1. Listening for Silence: before getting into the nitty gritty of dialogue practice, have students listen and put a slash between words whenever they hear a pause.  These chunks of language between the slashes are called sense groups or syntactic groupings.  Often times they are clauses.  And during dialogue practice, if students try to produce a full sense group at a time, they will immediately sound much more natural.  Added bonus: it gives the students a good reason to really listen to the dialogue a few times before they have to produce it.  I think one of the big reasons students keep their eyes glued to the words on the page is because that’s all they have to work with.  Unless a student has a chance to hear a dialogue multiple times (and in my experience I’m talking 6 or 7), they are going to have no confidence in their ability to orally produce the language.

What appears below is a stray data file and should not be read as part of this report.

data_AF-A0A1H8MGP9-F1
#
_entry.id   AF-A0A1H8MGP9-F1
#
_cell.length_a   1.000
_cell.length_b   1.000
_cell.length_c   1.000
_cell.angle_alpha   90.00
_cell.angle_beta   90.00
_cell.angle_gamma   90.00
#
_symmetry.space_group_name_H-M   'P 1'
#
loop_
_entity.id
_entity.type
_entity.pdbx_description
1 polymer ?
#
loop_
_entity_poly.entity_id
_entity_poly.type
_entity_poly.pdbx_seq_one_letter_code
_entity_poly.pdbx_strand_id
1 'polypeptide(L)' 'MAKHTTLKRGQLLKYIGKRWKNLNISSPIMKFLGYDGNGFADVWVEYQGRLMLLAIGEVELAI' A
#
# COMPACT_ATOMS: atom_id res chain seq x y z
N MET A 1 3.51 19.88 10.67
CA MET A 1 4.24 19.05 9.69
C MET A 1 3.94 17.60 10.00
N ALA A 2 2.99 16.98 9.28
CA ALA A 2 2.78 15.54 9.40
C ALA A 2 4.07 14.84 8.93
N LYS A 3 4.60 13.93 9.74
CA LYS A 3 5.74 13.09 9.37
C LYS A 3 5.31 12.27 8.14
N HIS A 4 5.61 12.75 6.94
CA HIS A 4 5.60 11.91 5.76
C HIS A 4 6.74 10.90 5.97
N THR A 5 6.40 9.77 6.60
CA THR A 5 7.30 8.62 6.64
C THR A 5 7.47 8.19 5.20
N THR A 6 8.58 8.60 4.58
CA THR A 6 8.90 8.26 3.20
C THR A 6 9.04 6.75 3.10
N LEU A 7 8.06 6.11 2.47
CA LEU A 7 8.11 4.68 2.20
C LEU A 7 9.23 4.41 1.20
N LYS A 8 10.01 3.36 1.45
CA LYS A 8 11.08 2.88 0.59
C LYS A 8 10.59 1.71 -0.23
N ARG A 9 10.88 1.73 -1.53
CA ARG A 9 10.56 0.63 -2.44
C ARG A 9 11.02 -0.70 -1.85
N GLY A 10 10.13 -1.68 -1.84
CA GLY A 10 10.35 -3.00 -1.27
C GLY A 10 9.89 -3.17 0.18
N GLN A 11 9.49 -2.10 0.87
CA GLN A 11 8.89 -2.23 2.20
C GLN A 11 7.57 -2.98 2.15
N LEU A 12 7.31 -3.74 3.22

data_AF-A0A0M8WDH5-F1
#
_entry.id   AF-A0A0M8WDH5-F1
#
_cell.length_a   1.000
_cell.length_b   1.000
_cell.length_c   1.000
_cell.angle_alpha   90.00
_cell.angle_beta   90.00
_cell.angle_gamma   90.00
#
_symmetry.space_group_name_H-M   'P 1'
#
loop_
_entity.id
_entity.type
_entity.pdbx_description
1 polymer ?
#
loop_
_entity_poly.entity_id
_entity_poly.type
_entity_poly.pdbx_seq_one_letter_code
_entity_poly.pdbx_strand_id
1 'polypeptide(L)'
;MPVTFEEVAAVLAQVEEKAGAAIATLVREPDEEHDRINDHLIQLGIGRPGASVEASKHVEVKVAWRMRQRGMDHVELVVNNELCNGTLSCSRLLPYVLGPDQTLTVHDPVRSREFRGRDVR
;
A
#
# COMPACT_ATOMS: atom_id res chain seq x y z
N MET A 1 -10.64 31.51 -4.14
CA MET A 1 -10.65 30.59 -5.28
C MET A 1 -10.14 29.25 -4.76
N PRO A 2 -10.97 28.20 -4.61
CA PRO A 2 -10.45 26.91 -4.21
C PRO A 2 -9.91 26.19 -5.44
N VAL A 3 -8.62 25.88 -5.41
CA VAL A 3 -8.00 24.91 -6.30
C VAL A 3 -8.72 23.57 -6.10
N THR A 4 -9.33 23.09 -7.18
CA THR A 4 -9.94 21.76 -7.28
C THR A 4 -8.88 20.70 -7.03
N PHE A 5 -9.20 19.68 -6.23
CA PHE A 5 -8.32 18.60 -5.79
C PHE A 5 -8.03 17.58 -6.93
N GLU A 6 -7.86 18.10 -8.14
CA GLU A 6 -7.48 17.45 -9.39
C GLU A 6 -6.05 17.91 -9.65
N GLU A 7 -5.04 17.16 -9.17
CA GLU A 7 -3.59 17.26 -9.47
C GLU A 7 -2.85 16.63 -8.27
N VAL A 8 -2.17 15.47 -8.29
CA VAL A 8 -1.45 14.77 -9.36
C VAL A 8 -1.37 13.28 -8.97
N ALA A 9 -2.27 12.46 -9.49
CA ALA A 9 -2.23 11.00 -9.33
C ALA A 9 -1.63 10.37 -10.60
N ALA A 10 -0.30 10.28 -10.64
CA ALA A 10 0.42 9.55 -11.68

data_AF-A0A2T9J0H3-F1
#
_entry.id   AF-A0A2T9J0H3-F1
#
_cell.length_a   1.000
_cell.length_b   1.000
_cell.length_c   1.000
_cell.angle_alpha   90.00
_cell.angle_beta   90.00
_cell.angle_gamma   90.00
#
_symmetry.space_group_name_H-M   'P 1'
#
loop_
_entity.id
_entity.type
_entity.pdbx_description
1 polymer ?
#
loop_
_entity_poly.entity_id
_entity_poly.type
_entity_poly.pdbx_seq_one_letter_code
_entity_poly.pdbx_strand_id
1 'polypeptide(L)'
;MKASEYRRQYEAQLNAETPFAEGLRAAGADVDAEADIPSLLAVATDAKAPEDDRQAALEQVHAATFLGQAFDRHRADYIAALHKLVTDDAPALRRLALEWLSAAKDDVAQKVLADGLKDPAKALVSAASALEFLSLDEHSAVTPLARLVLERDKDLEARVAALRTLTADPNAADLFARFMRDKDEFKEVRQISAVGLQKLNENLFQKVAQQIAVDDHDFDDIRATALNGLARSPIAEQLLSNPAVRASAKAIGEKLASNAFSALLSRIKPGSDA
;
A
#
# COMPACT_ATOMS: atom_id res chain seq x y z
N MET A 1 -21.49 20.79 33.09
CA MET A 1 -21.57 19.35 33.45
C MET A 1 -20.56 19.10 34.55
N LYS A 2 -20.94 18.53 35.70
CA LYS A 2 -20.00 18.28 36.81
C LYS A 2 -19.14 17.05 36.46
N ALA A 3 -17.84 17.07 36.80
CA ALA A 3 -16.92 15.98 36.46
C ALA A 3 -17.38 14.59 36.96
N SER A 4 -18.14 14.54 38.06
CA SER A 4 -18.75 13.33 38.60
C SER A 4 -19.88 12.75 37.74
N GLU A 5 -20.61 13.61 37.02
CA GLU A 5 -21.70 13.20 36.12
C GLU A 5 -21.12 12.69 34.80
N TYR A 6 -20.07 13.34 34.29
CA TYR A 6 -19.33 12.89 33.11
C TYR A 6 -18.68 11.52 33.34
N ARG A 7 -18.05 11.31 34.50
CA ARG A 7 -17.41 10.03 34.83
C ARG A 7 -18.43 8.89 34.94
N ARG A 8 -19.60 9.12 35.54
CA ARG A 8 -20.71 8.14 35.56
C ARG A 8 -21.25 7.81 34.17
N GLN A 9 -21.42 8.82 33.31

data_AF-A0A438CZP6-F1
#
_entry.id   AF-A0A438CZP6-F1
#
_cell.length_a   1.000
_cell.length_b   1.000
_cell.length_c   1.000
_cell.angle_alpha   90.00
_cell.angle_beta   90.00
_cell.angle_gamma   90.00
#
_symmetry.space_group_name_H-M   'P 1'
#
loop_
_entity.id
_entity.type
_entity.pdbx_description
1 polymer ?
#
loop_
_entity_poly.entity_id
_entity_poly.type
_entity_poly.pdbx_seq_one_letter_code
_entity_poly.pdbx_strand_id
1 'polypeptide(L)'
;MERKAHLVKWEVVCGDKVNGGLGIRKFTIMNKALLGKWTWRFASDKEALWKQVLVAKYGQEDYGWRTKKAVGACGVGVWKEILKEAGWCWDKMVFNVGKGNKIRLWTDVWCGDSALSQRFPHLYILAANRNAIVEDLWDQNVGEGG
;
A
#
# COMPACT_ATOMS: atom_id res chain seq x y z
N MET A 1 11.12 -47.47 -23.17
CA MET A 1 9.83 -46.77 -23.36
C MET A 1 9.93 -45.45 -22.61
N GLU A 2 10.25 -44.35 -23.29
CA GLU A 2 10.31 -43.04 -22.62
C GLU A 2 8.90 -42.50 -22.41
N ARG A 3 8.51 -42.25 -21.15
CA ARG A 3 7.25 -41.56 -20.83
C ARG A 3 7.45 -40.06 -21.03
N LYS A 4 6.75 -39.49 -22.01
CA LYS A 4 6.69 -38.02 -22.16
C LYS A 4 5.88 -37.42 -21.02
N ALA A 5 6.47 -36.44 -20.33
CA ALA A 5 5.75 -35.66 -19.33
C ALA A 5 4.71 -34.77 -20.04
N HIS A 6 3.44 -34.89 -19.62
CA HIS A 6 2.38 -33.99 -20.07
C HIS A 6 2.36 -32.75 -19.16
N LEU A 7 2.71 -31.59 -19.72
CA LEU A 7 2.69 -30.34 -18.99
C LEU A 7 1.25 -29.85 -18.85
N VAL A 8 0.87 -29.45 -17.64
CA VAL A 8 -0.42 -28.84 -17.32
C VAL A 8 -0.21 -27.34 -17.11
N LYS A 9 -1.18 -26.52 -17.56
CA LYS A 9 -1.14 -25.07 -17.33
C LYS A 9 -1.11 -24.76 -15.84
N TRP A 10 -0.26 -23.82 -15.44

2. Look/Think/Turn Over/1-2-3-Speak: Students love the paper in their hands.  They grip it, stare at it, refuse to glance up from it.  You can command your students to, “make eye contact.”  But once you wander away to a different part of the room, they’re just going to go back to staring at the paper.  So get the paper out of their hands.  Have the students put the dialogues on a desk just off to the side.  They can look at the paper as often and for as long as they want.  But before they start talking, they have to flip the page over.  And not only do they have to flip it over, they have to count to three before they talk.  Yes, I realise that this will make things even more stilted sounding.  But only at the start of the exercise.  If they have those sense group slashes marked on their dialogue, most of the students will be able to hold one syntactic grouping within their working memory.  And the more they practice saying that one natural chunk of language, the more human they will sound.